Bogle says: “I look at indexing is being simple and, sad to say boring. Be bored by the process but elated by the outcome. In Vegas, it’s the opposite. You elated by the process, by the moment, but you’re bored by the outcome because you know exactly what it’ll be. The more you bet, the more you lose. Investing shouldn’t give you a rush.”

Our take: The Vegas analogy is one we have used before here on Begin To Invest. If you want excitement, take your money to Vegas. Remember if an investment can make you rich in a day, it can also (and will probably) make your broke in a day.

5.Think ahead. Way ahead

Bogle says:
” It’s foolishness think you can beat the market. There are only two things working here: How did it much cost to get into the market, and how long are you in? If you’re investing for a lifetime – and you should be, saving for retirement and educating your kids along the way- if you’re 20 years old now, you should be thinking 60 or 65 years as your time horizon.”

Our take: The magic of compounding interest works best the longer you give it. Remember, you are saving now for money to spend decades down the road in retirement. Don’t worry about what the value of the account will be tomorrow.

6. Forget “the Number”

Bogle says:“There used to be a company reported to tell you ‘the number’ [how much you need to retire]. It’s more complex than that. It’s what those dollars are worth and 30, 40, 50 years. Everyone is looking for the answer, and there really isn’t an answer except save. Save more. Invest for the long term, get cost out of the equation, and get diversified to the nth degree.”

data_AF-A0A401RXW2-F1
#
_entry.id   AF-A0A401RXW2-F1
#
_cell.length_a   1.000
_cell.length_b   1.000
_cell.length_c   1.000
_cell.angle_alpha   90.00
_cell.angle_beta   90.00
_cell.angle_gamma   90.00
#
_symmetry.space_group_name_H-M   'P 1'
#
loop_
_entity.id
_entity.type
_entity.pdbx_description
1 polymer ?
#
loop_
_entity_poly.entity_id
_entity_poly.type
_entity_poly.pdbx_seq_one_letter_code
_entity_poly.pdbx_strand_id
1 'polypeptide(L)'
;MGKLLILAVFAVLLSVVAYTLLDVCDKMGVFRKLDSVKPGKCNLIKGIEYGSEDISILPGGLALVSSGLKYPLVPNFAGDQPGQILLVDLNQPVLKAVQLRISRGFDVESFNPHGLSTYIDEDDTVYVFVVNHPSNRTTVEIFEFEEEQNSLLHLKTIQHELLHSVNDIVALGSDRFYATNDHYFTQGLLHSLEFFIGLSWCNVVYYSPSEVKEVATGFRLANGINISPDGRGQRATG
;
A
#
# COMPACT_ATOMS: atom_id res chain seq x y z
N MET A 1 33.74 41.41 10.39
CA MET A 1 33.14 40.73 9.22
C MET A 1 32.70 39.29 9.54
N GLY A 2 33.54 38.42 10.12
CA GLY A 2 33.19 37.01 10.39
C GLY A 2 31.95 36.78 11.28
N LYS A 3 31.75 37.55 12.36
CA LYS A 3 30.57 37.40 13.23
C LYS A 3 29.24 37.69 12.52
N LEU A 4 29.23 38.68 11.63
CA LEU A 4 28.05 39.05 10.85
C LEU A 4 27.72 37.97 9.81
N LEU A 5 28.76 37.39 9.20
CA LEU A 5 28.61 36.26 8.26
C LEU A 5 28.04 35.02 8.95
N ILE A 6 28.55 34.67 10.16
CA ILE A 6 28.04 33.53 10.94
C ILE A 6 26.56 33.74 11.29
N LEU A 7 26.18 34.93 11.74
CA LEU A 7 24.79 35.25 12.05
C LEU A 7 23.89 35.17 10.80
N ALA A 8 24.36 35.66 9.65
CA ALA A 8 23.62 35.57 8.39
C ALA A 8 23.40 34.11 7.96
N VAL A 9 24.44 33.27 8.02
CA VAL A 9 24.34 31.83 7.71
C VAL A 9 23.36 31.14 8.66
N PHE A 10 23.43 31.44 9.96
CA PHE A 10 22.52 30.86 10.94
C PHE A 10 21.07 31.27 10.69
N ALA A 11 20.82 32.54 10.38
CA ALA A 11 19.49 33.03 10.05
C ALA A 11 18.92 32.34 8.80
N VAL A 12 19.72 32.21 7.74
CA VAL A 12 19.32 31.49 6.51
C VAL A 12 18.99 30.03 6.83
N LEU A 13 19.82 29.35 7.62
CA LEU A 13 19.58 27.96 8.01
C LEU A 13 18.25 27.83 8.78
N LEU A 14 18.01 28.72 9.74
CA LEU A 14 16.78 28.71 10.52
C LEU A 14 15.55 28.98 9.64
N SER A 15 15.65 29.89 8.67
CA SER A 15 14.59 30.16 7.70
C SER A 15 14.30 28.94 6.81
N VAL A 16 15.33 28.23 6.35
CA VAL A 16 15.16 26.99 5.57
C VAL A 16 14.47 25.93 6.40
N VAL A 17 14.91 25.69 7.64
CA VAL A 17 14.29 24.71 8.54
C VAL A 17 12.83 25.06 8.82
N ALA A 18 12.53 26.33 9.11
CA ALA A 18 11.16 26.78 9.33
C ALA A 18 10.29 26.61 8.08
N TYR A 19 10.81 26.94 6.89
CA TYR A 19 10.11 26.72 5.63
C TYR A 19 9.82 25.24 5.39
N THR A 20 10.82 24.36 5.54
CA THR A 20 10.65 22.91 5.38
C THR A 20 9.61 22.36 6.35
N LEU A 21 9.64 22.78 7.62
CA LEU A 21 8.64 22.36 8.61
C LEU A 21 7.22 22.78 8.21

Our take:  I have  talked about “the number” several times here on Begin To Invest. I think its important to have an idea of money that you will need during retirement based on estimated expenses. Don’t don’t get infatuated with that number, especially early on.

7. Invest. Don’t trade

Bogle says:
“All the trading back and forth each day and called financial pornography. Paying attention minute to minute, hang on every word, this is not investing. This is trading on what you think other traders will do. How can you tell who’s right and who’s wrong? It’s a casino. Whether it’s Wall Street, the lottery, or Las Vegas, ‘hope’ is not a good investment strategy.”

Our take: Amen. Just in our last post we talked specifically about what some people call “investing” is really nothing more than “betting”. Don’t bet your life savings, invest it.

8.Do some math

Bogle says:
“Should the market return 7%, and you’re paying 2% to managers and brokers to get that seven, you get five. [The rest] goes to the croupiers on Wall Street, the managers, the traders, the speculators.”

Our take: (Insert graph of 7% return vs 5% return here) Fees add up over time. A one time $1,000 investment today that grows at 7% will become nearly $30,000 50 years from now. Compare that to a reduced 5% return over 50 years, which becomes only $10,000. That’s $20,000 you are giving to Wall Street instead of keeping for yourself.

9. Keep it simple

Bogle says: